Carrie ended our day with a short mindful breathing exercise focusing on the Koshas and Vayus, which have to do with our internal energy and breath. When all of these are working together, the body can find harmony and balance and help us to find our true selves. After a strenuous day, it was nice to end with a calming and grounding practice.



Our entire Sunday was spent learning about and practicing Yin yoga with our guest instructor, Allison McGuigan. Yin yoga is a passive form of yoga that strengthens fascia, ligaments, joints and connective tissue in long-held poses. Because of the stillness, there are meditative and energetic benefits that help us get in touch with our inner selves. The goal is to practice compassion and acceptance while still pushing yourself to find your edge in a deep pose. Allison provided some guidelines and basic poses for structuring a yin class as teachers, including how to determine target areas, breath work, energy and mood of the class, prop usage and time in poses. She also discussed “chi”, which is the life force that flows through meridians in the body, which are found in the fascia. As we hold poses in a yin class, our chi is able to flow more easily as the connective tissue breaks down.


We were all so tired and sore from the day before that our yin practice was welcomed with open arms. Allison led us through a nice, long class that included deeply held poses like child’s pose, sphinx, butterfly, sleeping swan, dragon, twists and Savasana. We utilized our blocks, bolsters, blankets and straps throughout the class, so certain poses felt restorative as well. I thoroughly enjoyed practicing yin yoga, and could even see myself wanting to teach this style eventually. I loved how calming and meditative it was.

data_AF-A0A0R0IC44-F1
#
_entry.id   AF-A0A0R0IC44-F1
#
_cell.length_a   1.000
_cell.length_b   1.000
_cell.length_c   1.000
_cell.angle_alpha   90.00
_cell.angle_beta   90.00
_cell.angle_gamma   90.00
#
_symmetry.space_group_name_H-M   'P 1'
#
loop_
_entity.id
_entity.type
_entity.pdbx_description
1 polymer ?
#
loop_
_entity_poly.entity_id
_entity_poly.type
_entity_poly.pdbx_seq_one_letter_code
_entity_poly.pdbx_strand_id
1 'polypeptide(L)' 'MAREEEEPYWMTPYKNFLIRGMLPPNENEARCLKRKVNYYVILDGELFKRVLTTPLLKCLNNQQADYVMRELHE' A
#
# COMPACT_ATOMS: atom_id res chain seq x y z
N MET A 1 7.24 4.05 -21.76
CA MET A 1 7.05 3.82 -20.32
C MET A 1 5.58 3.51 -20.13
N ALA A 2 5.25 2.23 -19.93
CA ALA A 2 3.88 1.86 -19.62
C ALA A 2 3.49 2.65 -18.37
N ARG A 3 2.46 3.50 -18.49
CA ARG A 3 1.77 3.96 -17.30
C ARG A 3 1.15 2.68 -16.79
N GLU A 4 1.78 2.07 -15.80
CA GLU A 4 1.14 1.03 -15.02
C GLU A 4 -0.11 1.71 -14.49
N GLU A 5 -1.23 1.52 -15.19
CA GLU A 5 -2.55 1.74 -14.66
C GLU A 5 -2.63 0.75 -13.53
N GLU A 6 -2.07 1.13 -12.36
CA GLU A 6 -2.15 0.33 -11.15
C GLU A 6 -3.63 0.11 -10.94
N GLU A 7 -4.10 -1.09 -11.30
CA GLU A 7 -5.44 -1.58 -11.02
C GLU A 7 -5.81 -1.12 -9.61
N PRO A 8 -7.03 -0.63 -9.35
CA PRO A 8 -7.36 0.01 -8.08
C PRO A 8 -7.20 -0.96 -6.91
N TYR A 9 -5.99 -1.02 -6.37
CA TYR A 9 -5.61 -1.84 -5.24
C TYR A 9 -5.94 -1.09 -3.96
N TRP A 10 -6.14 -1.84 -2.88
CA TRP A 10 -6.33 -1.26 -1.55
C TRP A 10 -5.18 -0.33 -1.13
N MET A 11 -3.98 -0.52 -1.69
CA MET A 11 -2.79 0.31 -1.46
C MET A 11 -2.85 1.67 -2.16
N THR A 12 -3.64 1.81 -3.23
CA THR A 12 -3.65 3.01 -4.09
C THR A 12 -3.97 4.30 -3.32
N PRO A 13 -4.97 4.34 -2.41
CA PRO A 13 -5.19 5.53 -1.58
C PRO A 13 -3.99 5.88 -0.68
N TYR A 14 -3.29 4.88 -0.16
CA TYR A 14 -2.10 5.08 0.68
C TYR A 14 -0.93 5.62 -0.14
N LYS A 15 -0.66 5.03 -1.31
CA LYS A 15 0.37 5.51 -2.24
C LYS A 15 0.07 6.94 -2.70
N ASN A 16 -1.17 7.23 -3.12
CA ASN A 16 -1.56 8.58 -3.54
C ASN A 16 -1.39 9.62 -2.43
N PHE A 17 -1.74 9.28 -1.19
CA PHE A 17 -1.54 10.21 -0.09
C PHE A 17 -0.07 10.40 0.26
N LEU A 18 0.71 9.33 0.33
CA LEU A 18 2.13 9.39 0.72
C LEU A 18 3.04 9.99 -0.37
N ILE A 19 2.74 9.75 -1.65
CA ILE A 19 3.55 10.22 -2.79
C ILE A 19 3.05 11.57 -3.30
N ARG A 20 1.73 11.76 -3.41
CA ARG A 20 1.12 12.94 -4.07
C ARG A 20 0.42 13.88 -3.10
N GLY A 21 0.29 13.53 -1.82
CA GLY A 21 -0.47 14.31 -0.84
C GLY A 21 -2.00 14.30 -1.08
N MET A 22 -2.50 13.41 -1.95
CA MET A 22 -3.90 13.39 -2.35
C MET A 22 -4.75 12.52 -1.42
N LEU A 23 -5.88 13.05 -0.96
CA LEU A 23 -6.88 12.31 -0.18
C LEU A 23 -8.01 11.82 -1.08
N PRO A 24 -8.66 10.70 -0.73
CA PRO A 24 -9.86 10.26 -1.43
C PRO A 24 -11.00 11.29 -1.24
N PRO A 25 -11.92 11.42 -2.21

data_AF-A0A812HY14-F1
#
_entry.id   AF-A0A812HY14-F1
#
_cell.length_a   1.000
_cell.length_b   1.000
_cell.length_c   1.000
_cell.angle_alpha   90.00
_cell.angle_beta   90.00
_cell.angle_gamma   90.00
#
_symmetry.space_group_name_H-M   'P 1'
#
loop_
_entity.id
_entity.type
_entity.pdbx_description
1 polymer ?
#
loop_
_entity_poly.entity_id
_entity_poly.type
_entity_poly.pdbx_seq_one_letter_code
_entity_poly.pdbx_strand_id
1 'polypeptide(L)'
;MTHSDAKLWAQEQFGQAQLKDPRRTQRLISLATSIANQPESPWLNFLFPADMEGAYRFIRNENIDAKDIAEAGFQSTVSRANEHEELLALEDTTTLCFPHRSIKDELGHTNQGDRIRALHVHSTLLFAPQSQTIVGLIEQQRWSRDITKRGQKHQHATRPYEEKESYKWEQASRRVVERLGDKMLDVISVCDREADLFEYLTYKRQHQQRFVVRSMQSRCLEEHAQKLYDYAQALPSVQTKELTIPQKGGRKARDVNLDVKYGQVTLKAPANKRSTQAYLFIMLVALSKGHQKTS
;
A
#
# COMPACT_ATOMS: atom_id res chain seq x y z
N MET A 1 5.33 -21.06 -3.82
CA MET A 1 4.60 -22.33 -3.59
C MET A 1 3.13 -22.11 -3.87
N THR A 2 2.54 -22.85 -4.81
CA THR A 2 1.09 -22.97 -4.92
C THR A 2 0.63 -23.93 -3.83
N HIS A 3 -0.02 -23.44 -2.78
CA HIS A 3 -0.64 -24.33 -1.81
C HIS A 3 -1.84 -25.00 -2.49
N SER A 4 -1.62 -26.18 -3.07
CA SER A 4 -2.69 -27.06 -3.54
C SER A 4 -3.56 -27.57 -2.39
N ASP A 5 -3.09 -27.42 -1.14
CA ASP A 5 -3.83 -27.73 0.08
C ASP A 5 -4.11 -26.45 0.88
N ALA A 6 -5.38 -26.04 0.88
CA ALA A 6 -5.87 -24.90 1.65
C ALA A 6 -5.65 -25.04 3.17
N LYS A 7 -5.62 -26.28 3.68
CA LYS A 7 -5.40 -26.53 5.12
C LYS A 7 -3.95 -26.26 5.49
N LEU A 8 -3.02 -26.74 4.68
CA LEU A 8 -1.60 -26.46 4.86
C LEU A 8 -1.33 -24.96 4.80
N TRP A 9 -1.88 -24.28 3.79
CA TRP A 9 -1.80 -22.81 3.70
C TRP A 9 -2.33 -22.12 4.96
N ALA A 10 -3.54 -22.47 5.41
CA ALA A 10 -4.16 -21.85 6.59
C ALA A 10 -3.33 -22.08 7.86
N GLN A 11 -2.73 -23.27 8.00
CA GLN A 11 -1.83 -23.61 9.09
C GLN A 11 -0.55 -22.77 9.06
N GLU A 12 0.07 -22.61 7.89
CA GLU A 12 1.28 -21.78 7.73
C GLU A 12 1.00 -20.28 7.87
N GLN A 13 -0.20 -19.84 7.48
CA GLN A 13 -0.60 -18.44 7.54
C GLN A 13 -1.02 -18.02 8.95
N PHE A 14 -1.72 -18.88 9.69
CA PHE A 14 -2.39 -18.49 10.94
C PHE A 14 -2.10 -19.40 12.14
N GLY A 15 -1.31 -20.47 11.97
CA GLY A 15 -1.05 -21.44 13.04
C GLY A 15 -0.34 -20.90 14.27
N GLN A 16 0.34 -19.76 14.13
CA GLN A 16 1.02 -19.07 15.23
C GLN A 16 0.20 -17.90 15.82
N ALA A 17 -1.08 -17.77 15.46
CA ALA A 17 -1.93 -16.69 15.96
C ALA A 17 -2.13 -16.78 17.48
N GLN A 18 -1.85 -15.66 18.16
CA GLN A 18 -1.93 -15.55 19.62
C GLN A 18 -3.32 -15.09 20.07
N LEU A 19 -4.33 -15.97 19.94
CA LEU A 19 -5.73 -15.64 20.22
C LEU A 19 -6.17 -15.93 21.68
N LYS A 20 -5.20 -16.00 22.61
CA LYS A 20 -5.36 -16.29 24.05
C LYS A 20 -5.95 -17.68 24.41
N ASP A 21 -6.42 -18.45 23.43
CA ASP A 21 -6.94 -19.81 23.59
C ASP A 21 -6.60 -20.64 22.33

Our last activity of the weekend was a partner exercise using our knowledge and practice of yin yoga. Based on how our partners were feeling, we structured a 20-minute yin class specifically for them. This was the first time we had to come up with a customized sequence for someone just by asking what was needed in the body and mind, so it was good practice for when we’ll have to ask that of our future students. My partner was craving heart openers and meditation, so I came up with a sequence that included child’s pose, seal, forward fold, supported fish and Savasana. Throughout the sequence I incorporated 3-part breath and some visualization to aid in relaxation. My partner and I both did quite well and enjoyed creating this sequence for each other.



This whole weekend was so needed and I’m glad I showed up for it. Between the Friday night meditation, Jivamukti yoga, opening myself up while teaching and Yin practice, I felt like my healing had begun. I have said this before, but I am so grateful that this was the program and group I chose for my training. I could not imagine myself with any other people, especially after the care and compassion they’ve shown me over the past two weeks. I am continually amazed at their generosity and always feel so loved by them. I truly believe now that we are meant to have certain people in our lives, whether it’s for a short time or forever. Despite going through loss and heartbreak, I have never felt more sure of my path and have a lot of faith that I’m headed in the right direction.